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Time To Think About Your Company’s Next Tech Refresh?


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As the Bay Area moves into the warmest months of the year, you can enjoy the summer knowing your annual home spring cleaning is behind you—when you tackled all those chores in (literally) one clean sweep over a weekend. With that taken care of, now’s a good time to review your company’s tech refresh strategy—if you have one.

Many employees of small IT companies still think of every desktop workstation the way they view that trusty old Honda Civic they drive to work: Squeeze every last drop of mileage out of it until the wheels fall off. The reality is that the prime “use life” of desktop hardware—computers, monitors, and printers—averages only about three years before costly maintenance issues begin creeping in. A 2013 study commissioned by Intel surveying 736 small businesses around the world revealed that while over one-third retain their computer systems for at least four years, their employees lose an average of 42 working hours per year due to computer downtime—extended maintenance, repairs, and security fixes.

The average repair cost of an older PC is $427, about 1.3 times more than fixing a newer machine.

Quick Fixes vs. Long-Term Preparation

A comprehensive tech refresh goes beyond the desktop. As we’ve talked about, a company firewall and anti-virus protection are the first lines of defense against the relentless onslaught of malicious hacking and cyber-crime. If you don’t remember when you installed your current network firewall system or anti-virus program, you’re quite likely relying on yesterday’s technology to guard against thousands of new threats which increase by the day. You can rely on vendors’ updates and security patches to try to keep pace, or you can set a firm timetable for upgrading to leading-edge tools—such as firewalls with advanced Deep Packet Inspection (DPI) to scan data for viruses—which offer the best defense against that next cyber-attack.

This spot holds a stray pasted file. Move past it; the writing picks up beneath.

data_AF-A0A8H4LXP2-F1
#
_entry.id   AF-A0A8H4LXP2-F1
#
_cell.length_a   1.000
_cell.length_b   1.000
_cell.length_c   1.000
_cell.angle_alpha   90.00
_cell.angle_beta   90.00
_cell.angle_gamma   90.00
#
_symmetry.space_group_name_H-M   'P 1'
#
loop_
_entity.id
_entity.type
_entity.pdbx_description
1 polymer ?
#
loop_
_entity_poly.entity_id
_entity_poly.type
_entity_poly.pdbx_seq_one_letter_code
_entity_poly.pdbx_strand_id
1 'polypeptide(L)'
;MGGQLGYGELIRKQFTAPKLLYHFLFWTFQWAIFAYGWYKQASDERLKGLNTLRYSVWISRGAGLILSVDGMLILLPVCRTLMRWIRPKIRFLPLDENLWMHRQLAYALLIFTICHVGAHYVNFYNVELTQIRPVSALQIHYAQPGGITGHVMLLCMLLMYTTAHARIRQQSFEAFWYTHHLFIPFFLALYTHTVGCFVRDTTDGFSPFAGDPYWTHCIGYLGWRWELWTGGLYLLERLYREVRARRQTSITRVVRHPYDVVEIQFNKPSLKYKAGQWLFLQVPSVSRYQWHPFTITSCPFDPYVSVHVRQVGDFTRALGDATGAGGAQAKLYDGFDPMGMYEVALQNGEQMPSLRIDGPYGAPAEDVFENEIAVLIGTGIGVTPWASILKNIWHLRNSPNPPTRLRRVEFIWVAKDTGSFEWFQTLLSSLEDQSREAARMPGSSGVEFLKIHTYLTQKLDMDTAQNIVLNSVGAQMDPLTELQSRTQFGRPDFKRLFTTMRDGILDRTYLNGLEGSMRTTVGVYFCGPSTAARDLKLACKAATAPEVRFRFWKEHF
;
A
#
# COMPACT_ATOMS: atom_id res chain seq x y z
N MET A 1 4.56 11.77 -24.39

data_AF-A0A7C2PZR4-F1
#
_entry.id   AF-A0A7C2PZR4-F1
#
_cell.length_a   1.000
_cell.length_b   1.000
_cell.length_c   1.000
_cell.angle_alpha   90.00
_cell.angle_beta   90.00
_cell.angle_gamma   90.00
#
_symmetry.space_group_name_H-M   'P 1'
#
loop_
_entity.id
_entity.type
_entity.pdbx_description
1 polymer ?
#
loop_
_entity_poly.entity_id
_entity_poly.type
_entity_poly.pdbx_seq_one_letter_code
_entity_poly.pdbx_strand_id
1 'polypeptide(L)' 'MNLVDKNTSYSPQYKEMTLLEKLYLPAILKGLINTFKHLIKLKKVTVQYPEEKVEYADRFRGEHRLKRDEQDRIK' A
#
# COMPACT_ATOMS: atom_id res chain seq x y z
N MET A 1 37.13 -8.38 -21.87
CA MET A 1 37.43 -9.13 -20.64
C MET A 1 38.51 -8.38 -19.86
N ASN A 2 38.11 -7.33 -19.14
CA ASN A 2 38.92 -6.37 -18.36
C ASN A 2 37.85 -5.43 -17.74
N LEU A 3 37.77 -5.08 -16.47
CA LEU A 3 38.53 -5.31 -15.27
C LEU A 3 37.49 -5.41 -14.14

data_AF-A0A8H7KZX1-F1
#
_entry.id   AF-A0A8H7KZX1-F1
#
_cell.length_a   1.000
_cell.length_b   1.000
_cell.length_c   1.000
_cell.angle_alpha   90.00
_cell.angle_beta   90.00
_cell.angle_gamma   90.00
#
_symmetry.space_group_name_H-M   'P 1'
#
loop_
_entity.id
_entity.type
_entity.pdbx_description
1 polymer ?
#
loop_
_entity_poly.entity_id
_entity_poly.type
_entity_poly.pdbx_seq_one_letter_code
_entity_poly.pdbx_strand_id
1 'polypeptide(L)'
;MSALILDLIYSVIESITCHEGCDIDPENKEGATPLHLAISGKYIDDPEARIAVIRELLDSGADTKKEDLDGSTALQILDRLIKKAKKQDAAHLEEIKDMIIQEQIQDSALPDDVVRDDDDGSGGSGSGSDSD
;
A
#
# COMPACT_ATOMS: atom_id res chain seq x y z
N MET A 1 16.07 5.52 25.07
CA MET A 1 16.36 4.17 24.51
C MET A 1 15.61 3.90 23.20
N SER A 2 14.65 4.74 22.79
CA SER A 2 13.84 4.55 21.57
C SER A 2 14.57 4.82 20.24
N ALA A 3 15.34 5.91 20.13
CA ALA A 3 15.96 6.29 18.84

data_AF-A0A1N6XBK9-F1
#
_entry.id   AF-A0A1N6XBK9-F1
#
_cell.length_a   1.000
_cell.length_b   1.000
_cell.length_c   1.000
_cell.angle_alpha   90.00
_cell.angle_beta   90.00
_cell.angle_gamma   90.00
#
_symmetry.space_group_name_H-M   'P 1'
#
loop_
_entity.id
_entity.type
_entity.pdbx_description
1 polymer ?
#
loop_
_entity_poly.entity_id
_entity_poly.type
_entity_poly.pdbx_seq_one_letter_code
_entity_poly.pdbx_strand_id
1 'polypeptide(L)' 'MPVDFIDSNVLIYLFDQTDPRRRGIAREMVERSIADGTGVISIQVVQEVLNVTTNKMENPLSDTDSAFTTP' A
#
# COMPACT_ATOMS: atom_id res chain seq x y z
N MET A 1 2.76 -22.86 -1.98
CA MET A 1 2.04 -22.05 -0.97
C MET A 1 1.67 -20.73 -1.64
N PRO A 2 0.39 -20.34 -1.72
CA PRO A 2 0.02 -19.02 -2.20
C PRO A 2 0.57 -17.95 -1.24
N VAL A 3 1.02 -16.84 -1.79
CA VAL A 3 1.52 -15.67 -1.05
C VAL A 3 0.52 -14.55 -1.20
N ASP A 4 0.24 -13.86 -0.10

Before reviewing—or establishing—your company’s tech refresh timeline, take a closer look at the current overall condition of your IT system.

Age. How old is your desktop hardware (PCs, monitors, printers, networking equipment, etc.)? Are these assets still under warranty? If not, how long ago did the warranty expire?

Performance. Can you identify any equipment that’s inconsistent or just plain unreliable? Does the resulting downtime mandate an upgrade?

Support or Security Protection. If you have a Microsoft 2003 operating system running on your server, it’s time right now for a tech refresh. Microsoft will stop important security protection patch updates for this server this year. That means that if you still have any 2003 servers, they must be replaced—or they will become sitting ducks for hackers and viruses. Consider whether you should replace the server(s) or migrate your infrastructure to a private Cloud data center.

Capacity. From obsolete microprocessors to maxed-out hard drives, are your older computers bottlenecking your productivity? Can your existing IT infrastructure support upgraded applications?

Risk. What are the potential consequences of a network crash or a malicious cyber-attack? What are your security needs—today and tomorrow?

Update Before It’s Too Late

A tech refresh can take a “big bang” approach—replacing almost everything after three or four years have gone by—or a phased refresh, targeting mission-critical assets ahead of secondary equipment. For a complimentary assessment of your IT infrastructure and recommendations for an effective tech refresh strategy for your company, click here.

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